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My Jubilee Birthday

The couple was growing old together. Routines were settled long ago. They knew each other like their favorite movie. One night she asked him to get her a piece of toast from the kitchen. He went to the kitchen, and brought her back a plate of bacon. She looked at him like he’d lost his mind and said, “you’re getting so old and forgetful, don’t you remember I asked you for a dish of ice cream?”

The old person jokes are getting more frequent at my expense. My students, I guess because of my ‘distinguished’ graying hair frequently think I’m in my 60’s, or even 70’s or 80’s! A friend today commented my age has caught up with my hair!

After an enjoyable day of reflection, old man jokes, just a youngun comments from my older friends, not to mention my free birthday sundae at Culvers, phone calls from family, and letting my family cater to my every need (Janice says this happens every day), I finally am sitting down to ponder a little bit of what turning 50 means to me.

I don’t take it for granted. Like everyone, I’ve known people who’ve died well before their normal lifespan would allow them to live. One of the realities of where I work is that I have more conversations than I’d like with students whose parent, or sometimes even parents are no longer living. The news is filled with stories of death worldwide from all sorts of causes. Why hasn’t this been a reality for me? I’d like to say it’s God’s love, or grace, or mercy, but his love, grace and mercy have been dispensed in equal amounts to dear brothers and sisters who had heartbreaking losses in their own lives or families. And yet it is very true that I am here today, my fiftieth birthday because of His love, and grace and mercy.

Israel used to have a law that was supposed to be practiced. It was called the jubilee. You’ve probably heard about it, and like me, never given it much thought. We have a different economy and culture than what the Jews practiced 4000 years ago. Yet, as part of scripture, we can’t brush it off as some sort of old law that Christ fulfilled (which He did by the way!). We have to apply this living and active word to our lives today.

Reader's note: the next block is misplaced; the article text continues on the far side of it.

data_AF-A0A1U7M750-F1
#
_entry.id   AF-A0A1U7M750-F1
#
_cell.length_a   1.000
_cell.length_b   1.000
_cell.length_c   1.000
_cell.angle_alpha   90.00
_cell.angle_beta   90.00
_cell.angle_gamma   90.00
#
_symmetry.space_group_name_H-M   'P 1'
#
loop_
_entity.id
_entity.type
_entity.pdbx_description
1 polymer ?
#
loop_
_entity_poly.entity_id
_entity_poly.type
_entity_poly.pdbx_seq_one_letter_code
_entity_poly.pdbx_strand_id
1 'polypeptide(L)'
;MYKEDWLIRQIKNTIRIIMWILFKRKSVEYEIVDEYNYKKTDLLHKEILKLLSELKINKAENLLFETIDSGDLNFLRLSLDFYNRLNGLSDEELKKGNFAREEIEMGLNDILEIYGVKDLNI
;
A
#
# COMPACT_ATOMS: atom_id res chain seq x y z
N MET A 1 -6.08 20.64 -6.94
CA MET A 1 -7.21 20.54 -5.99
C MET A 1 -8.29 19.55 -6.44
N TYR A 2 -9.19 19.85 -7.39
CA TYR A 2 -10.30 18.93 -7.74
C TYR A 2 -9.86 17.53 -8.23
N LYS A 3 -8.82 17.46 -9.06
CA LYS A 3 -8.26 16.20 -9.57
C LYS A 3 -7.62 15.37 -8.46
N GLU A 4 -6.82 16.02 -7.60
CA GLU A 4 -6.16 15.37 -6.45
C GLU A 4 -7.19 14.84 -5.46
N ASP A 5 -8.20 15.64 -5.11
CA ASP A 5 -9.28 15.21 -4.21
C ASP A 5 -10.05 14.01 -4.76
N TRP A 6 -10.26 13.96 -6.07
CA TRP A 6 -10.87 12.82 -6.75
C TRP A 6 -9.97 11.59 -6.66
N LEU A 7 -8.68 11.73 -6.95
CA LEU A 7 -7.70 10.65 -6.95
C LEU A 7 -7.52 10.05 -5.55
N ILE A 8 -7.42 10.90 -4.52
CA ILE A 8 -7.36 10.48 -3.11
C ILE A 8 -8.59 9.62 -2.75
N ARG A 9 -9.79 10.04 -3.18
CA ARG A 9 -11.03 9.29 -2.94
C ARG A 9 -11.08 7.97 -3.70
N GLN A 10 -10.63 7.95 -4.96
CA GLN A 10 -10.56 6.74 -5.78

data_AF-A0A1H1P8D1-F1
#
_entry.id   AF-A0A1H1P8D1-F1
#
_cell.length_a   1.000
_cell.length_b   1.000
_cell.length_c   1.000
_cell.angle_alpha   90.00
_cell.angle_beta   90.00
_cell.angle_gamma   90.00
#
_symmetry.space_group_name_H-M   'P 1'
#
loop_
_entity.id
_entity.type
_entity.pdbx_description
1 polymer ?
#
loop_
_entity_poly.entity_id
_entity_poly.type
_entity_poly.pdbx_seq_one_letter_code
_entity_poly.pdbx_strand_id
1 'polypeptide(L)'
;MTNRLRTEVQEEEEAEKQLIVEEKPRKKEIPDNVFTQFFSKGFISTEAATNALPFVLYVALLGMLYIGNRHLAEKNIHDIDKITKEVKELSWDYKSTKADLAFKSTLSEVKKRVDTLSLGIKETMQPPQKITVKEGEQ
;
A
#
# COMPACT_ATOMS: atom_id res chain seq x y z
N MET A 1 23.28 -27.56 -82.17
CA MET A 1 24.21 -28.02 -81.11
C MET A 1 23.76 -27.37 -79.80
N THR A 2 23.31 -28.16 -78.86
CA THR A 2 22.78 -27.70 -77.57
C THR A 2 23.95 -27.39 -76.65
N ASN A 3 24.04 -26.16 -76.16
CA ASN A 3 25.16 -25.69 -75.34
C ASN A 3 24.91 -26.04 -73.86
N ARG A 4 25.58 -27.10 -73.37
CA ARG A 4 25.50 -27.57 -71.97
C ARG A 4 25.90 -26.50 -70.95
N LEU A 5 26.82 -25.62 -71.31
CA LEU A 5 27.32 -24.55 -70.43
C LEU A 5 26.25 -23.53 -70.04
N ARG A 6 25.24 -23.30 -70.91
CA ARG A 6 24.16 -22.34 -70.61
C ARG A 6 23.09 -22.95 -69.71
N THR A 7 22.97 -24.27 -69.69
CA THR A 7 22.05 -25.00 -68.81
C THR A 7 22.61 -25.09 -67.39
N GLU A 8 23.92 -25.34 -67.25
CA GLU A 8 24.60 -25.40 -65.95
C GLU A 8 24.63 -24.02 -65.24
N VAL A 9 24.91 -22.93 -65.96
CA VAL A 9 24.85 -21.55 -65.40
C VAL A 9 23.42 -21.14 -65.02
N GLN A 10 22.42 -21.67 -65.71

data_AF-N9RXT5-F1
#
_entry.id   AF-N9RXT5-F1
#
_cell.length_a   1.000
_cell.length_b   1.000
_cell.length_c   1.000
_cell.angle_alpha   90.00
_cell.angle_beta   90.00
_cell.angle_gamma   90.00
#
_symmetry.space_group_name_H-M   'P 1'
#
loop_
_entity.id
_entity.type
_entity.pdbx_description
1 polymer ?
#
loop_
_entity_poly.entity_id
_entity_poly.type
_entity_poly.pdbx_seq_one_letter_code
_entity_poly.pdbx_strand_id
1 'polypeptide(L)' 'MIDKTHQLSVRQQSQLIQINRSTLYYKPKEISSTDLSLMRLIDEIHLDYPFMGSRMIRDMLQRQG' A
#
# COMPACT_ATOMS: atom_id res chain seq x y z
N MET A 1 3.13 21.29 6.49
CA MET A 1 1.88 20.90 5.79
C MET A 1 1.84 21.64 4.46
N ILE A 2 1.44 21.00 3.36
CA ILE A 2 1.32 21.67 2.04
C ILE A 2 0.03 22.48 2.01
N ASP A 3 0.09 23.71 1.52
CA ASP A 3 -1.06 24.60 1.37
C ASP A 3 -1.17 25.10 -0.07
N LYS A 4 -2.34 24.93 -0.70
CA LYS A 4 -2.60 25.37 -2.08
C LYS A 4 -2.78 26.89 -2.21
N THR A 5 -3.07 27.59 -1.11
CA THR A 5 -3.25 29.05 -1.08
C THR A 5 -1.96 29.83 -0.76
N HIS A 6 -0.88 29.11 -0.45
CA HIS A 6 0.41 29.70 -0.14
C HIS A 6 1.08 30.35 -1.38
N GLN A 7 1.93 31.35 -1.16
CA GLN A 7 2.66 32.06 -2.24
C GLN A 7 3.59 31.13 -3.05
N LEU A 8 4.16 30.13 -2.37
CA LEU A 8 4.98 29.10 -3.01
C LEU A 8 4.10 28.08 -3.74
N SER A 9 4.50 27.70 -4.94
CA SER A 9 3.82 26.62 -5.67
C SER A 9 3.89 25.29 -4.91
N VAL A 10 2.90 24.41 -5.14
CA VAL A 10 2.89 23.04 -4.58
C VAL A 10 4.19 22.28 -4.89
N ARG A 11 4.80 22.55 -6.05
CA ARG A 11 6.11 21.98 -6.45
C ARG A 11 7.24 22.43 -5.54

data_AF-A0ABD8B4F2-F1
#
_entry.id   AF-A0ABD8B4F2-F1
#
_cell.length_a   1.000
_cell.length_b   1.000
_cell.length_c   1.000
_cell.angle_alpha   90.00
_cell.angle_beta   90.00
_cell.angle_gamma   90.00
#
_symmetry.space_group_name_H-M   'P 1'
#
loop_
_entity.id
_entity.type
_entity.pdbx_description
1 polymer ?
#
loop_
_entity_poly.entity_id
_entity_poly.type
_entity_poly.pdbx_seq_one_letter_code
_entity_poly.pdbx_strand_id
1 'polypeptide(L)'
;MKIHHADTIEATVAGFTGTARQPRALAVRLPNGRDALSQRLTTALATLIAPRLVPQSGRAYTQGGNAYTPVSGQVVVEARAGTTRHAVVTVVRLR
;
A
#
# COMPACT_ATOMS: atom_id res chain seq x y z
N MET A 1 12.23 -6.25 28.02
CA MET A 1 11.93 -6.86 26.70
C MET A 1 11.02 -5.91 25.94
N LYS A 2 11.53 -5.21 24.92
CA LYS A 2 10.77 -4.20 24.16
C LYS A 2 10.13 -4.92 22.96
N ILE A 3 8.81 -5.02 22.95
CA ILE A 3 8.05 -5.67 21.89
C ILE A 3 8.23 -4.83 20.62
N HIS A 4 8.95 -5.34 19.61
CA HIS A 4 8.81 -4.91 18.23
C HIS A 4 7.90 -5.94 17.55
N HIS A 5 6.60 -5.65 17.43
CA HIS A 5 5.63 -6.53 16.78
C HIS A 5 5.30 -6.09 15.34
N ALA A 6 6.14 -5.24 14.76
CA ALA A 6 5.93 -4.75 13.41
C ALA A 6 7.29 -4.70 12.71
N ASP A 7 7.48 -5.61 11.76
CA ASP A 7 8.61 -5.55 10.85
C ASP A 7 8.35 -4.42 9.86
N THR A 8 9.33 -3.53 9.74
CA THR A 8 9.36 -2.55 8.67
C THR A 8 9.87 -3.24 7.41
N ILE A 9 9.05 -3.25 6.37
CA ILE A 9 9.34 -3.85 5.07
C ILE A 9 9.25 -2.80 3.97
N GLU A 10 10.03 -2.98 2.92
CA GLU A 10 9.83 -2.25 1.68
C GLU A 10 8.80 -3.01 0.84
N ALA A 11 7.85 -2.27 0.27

So in my knowledge the jubilee is the only mention of 50 years in scripture. On my 50th birthday, I’m looking at it as a jubilee of sorts. The jubilee was a law of justice in Israel. You can read all about it in Leviticus 25. The key part of jubilee law was the return of property to people who had lost their property in settlements of debts. Since land was inherited and passed down, the ownership of this land was important to the Jews. The jubilee was designed to prohibit the accumulation of much wealth and also prevent the fall into intergenerational poverty that plagues our world today.

A second aspect of the jubilee was the freeing of servants, sometimes referred to as slaves. This was in no way an American style slavery system. God would never permit such an atrocity to happen. Instead, sometimes people, when becoming poor, would become servants, or slaves to pay off debts. At the jubilee, the slaves were to be freed.

When Jesus died on the cross, he performed the work that the jubilee accomplished. People in debt to sin, enslaved to sin, were set free by that singular act. Praise God for that!

So on my 50th, my jubilee birthday if you will, how do I make this a year of jubilee? Well, to start with, my debt has been paid. My eternal inheritance is secure (I Peter 1:4). So how can I be the one doing acts of jubilee for others?